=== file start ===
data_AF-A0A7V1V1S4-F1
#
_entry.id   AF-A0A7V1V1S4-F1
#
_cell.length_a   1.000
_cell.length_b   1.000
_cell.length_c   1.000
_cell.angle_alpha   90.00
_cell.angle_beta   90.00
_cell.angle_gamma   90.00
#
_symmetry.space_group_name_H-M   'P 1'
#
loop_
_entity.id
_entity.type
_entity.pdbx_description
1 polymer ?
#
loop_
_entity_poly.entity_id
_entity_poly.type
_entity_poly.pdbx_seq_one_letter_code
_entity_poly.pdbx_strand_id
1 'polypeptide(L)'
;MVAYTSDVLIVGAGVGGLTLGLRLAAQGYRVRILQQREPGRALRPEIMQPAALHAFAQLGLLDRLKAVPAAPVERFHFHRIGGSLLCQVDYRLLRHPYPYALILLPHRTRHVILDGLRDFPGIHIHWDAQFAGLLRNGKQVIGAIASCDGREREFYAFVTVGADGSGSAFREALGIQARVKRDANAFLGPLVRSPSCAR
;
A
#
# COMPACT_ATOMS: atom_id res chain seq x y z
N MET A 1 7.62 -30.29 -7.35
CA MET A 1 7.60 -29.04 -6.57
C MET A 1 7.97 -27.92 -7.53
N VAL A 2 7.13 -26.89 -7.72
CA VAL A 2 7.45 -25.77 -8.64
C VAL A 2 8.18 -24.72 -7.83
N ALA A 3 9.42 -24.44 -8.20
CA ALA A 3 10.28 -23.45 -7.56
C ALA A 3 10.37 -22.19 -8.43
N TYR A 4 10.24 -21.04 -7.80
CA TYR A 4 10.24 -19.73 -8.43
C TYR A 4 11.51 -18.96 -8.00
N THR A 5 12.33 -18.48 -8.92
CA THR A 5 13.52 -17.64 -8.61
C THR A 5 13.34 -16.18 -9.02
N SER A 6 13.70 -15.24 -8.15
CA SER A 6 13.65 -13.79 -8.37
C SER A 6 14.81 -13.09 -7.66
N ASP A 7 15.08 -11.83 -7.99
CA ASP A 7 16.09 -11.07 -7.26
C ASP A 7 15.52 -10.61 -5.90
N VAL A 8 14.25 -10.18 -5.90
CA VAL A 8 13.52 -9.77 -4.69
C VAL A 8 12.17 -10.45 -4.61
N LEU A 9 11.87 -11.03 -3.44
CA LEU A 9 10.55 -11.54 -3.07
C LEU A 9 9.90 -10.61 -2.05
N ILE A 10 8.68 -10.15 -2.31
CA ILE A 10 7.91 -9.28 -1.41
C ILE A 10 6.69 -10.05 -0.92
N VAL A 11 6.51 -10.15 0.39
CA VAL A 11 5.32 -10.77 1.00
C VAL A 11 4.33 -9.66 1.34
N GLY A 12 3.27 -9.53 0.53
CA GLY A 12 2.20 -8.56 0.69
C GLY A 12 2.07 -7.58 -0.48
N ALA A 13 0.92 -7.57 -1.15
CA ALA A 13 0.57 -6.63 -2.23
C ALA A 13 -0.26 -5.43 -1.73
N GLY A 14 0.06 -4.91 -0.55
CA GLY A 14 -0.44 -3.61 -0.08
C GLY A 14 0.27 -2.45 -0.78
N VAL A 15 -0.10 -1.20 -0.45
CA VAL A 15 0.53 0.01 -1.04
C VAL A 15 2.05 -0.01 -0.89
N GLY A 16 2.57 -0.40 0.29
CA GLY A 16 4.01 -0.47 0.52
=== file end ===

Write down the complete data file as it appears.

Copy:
data_AF-A0A7V1V1S4-F1
#
_entry.id   AF-A0A7V1V1S4-F1
#
_cell.length_a   1.000
_cell.length_b   1.000
_cell.length_c   1.000
_cell.angle_alpha   90.00
_cell.angle_beta   90.00
_cell.angle_gamma   90.00
#
_symmetry.space_group_name_H-M   'P 1'
#
loop_
_entity.id
_entity.type
_entity.pdbx_description
1 polymer ?
#
loop_
_entity_poly.entity_id
_entity_poly.type
_entity_poly.pdbx_seq_one_letter_code
_entity_poly.pdbx_strand_id
1 'polypeptide(L)'
;MVAYTSDVLIVGAGVGGLTLGLRLAAQGYRVRILQQREPGRALRPEIMQPAALHAFAQLGLLDRLKAVPAAPVERFHFHRIGGSLLCQVDYRLLRHPYPYALILLPHRTRHVILDGLRDFPGIHIHWDAQFAGLLRNGKQVIGAIASCDGREREFYAFVTVGADGSGSAFREALGIQARVKRDANAFLGPLVRSPSCAR
;
A
#
# COMPACT_ATOMS: atom_id res chain seq x y z
N MET A 1 7.62 -30.29 -7.35
CA MET A 1 7.60 -29.04 -6.57
C MET A 1 7.97 -27.92 -7.53
N VAL A 2 7.13 -26.89 -7.72
CA VAL A 2 7.45 -25.77 -8.64
C VAL A 2 8.18 -24.72 -7.83
N ALA A 3 9.42 -24.44 -8.20
CA ALA A 3 10.28 -23.45 -7.56
C ALA A 3 10.37 -22.19 -8.43
N TYR A 4 10.24 -21.04 -7.80
CA TYR A 4 10.24 -19.73 -8.43
C TYR A 4 11.51 -18.96 -8.00
N THR A 5 12.33 -18.48 -8.92
CA THR A 5 13.52 -17.64 -8.61
C THR A 5 13.34 -16.18 -9.02
N SER A 6 13.70 -15.24 -8.15
CA SER A 6 13.65 -13.79 -8.37
C SER A 6 14.81 -13.09 -7.66
N ASP A 7 15.08 -11.83 -7.99
CA ASP A 7 16.09 -11.07 -7.26
C ASP A 7 15.52 -10.61 -5.90
N VAL A 8 14.25 -10.18 -5.90
CA VAL A 8 13.52 -9.77 -4.69
C VAL A 8 12.17 -10.45 -4.61
N LEU A 9 11.87 -11.03 -3.44
CA LEU A 9 10.55 -11.54 -3.07
C LEU A 9 9.90 -10.61 -2.05
N ILE A 10 8.68 -10.15 -2.31
CA ILE A 10 7.91 -9.28 -1.41
C ILE A 10 6.69 -10.05 -0.92
N VAL A 11 6.51 -10.15 0.39
CA VAL A 11 5.32 -10.77 1.00
C VAL A 11 4.33 -9.66 1.34
N GLY A 12 3.27 -9.53 0.53
CA GLY A 12 2.20 -8.56 0.69
C GLY A 12 2.07 -7.58 -0.48
N ALA A 13 0.92 -7.57 -1.15
CA ALA A 13 0.57 -6.63 -2.23
C ALA A 13 -0.26 -5.43 -1.73
N GLY A 14 0.06 -4.91 -0.55
CA GLY A 14 -0.44 -3.61 -0.08
C GLY A 14 0.27 -2.45 -0.78
N VAL A 15 -0.10 -1.20 -0.45
CA VAL A 15 0.53 0.01 -1.04
C VAL A 15 2.05 -0.01 -0.89
N GLY A 16 2.57 -0.40 0.29
CA GLY A 16 4.01 -0.47 0.52